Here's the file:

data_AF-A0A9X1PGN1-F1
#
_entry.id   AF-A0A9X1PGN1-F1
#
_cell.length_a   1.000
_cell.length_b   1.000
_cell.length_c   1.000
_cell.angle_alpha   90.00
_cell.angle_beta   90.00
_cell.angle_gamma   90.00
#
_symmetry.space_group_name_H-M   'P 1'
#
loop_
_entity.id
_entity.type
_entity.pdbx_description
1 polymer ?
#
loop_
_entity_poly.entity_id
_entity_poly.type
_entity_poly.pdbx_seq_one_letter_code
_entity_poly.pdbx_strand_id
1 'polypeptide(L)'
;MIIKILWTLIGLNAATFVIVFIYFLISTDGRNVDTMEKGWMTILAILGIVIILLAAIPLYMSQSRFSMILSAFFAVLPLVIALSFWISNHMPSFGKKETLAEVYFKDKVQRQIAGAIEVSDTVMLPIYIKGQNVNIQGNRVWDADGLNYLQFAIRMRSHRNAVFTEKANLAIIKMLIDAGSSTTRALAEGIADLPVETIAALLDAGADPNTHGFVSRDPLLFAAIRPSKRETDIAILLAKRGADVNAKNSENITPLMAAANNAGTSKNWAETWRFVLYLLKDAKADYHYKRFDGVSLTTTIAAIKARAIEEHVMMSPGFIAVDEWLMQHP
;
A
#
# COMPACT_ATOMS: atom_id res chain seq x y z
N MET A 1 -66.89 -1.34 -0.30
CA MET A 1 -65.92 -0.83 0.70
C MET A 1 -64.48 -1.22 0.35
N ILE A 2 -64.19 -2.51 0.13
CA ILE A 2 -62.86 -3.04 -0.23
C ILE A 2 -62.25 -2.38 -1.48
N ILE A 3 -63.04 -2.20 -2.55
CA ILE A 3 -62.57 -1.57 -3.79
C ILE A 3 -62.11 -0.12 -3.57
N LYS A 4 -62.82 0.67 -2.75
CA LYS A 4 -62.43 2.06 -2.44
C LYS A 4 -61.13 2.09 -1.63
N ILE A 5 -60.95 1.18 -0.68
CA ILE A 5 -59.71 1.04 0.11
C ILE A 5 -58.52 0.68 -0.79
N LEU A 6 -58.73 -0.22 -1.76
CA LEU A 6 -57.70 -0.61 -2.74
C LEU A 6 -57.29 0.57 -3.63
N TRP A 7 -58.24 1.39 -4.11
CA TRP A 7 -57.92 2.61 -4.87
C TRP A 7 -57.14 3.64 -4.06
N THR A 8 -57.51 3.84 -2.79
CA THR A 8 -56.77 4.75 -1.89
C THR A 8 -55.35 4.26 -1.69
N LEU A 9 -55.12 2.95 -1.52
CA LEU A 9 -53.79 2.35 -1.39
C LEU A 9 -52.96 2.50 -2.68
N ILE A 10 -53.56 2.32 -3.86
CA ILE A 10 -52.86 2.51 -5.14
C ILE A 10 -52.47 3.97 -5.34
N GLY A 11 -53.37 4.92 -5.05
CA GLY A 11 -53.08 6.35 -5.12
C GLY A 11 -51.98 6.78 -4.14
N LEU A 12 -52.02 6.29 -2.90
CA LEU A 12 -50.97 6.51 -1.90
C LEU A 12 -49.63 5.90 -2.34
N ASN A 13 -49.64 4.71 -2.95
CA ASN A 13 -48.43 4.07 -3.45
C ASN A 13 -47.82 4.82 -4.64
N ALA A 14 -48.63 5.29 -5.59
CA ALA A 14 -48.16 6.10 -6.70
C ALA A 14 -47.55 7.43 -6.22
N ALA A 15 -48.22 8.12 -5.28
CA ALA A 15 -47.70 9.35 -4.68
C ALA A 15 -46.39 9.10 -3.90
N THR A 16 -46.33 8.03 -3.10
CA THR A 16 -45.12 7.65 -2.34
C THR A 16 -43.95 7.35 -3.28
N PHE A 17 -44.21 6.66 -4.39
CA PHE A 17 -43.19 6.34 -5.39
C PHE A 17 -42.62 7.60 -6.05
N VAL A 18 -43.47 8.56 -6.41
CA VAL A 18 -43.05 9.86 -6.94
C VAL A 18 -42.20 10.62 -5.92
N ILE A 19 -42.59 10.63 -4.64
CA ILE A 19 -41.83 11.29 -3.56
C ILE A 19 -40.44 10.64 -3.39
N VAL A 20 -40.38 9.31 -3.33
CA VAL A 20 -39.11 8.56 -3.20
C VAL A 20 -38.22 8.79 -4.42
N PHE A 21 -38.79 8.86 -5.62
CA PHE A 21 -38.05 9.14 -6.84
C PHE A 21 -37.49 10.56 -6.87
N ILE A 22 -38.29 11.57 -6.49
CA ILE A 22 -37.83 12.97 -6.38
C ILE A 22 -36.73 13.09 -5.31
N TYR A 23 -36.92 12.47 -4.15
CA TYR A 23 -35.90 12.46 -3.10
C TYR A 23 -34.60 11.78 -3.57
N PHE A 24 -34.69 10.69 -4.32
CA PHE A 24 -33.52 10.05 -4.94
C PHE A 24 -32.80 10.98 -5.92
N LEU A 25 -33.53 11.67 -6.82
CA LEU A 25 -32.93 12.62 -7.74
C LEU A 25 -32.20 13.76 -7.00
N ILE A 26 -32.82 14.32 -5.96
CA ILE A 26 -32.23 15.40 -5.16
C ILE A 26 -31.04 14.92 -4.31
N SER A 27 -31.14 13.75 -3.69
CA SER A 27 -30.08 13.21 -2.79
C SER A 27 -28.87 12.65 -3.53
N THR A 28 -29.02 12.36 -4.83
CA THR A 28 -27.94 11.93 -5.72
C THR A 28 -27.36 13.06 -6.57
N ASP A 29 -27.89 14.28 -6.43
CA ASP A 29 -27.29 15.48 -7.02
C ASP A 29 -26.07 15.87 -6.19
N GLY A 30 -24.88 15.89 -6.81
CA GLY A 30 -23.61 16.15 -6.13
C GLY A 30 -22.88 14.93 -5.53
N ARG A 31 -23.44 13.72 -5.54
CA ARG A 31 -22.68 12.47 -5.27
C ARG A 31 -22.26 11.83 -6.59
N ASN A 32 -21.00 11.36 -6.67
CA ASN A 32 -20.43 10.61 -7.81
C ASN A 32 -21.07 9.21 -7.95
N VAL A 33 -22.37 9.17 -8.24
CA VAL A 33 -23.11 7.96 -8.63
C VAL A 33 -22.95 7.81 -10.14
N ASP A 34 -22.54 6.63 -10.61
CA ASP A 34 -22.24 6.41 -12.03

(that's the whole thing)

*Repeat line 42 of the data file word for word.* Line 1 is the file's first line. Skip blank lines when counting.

C LYS A 4 -61.13 2.09 -1.63